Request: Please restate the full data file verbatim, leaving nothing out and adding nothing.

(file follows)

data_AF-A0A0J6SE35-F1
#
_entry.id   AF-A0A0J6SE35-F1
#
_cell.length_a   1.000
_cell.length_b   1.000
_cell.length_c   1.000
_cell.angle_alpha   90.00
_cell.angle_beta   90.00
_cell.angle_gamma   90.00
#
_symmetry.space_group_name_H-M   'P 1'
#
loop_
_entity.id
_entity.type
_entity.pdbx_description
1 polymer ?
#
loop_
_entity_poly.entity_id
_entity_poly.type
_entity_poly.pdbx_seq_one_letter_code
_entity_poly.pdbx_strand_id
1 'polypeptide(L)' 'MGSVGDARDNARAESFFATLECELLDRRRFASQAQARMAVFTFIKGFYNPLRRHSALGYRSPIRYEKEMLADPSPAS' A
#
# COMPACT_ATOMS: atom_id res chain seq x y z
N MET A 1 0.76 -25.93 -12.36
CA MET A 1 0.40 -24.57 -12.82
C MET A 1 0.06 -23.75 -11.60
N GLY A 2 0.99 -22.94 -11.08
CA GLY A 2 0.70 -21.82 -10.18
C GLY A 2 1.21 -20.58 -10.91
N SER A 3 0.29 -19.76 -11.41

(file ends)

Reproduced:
data_AF-A0A0J6SE35-F1
#
_entry.id   AF-A0A0J6SE35-F1
#
_cell.length_a   1.000
_cell.length_b   1.000
_cell.length_c   1.000
_cell.angle_alpha   90.00
_cell.angle_beta   90.00
_cell.angle_gamma   90.00
#
_symmetry.space_group_name_H-M   'P 1'
#
loop_
_entity.id
_entity.type
_entity.pdbx_description
1 polymer ?
#
loop_
_entity_poly.entity_id
_entity_poly.type
_entity_poly.pdbx_seq_one_letter_code
_entity_poly.pdbx_strand_id
1 'polypeptide(L)' 'MGSVGDARDNARAESFFATLECELLDRRRFASQAQARMAVFTFIKGFYNPLRRHSALGYRSPIRYEKEMLADPSPAS' A
#
# COMPACT_ATOMS: atom_id res chain seq x y z
N MET A 1 0.76 -25.93 -12.36
CA MET A 1 0.40 -24.57 -12.82
C MET A 1 0.06 -23.75 -11.60
N GLY A 2 0.99 -22.94 -11.08
CA GLY A 2 0.70 -21.82 -10.18
C GLY A 2 1.21 -20.58 -10.91
N SER A 3 0.29 -19.76 -11.41